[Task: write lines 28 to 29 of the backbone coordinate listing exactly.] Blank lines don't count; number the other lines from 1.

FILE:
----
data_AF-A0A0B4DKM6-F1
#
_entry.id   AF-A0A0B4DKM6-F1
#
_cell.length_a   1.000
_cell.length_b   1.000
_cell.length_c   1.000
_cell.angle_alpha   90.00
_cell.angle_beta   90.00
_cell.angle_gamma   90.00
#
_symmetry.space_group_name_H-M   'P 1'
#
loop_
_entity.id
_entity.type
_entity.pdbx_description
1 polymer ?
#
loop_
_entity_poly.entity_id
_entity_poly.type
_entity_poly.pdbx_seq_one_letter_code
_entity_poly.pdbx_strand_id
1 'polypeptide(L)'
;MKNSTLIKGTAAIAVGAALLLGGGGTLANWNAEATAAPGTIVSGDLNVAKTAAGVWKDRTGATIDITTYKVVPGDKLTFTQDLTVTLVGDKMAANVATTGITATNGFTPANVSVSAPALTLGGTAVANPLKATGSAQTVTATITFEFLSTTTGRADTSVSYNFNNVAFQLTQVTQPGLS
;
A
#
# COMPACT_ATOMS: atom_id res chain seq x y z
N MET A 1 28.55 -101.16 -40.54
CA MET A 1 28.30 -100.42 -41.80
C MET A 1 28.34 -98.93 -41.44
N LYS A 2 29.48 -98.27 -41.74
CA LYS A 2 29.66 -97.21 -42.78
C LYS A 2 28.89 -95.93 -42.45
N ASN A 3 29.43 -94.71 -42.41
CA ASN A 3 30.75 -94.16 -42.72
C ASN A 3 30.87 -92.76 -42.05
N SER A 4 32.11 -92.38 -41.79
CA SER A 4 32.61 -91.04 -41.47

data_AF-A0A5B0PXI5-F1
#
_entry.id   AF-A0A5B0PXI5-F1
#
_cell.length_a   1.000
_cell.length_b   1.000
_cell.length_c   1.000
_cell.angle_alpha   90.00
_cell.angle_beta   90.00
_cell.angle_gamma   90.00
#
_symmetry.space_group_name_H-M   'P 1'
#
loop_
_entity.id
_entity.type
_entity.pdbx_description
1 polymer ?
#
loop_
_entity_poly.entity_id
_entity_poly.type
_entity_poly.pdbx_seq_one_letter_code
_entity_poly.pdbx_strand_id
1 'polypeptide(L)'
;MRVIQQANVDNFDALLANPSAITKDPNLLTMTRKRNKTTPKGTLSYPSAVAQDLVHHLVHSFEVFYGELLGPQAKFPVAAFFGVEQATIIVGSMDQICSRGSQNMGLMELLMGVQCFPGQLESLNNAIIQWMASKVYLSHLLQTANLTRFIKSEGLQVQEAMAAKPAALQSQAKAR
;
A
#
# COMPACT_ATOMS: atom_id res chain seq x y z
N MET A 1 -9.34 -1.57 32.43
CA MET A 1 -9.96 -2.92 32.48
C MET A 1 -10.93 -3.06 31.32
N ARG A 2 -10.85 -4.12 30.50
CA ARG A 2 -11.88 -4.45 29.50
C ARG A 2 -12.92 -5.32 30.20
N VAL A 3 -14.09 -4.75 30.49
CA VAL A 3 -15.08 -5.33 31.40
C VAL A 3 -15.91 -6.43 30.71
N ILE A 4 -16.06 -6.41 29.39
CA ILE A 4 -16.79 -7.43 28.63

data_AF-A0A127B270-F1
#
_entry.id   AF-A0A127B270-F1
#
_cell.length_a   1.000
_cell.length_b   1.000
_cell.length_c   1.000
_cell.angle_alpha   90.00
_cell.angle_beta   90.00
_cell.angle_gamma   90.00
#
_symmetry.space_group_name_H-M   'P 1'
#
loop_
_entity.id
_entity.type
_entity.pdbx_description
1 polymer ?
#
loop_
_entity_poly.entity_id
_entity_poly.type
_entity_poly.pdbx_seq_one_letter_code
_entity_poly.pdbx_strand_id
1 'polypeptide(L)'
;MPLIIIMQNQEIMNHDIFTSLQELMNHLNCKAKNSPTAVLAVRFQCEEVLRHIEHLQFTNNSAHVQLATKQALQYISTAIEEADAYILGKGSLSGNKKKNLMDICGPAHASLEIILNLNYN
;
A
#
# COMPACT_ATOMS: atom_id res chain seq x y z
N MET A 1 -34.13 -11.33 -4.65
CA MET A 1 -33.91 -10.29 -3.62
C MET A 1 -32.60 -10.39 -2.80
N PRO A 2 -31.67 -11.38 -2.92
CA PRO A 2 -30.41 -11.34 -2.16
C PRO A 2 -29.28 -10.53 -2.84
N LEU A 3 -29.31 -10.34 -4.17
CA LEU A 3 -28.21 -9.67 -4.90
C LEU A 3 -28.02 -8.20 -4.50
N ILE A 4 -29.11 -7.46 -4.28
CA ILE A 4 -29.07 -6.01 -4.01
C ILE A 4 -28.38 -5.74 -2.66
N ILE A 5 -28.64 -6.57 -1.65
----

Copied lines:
A
#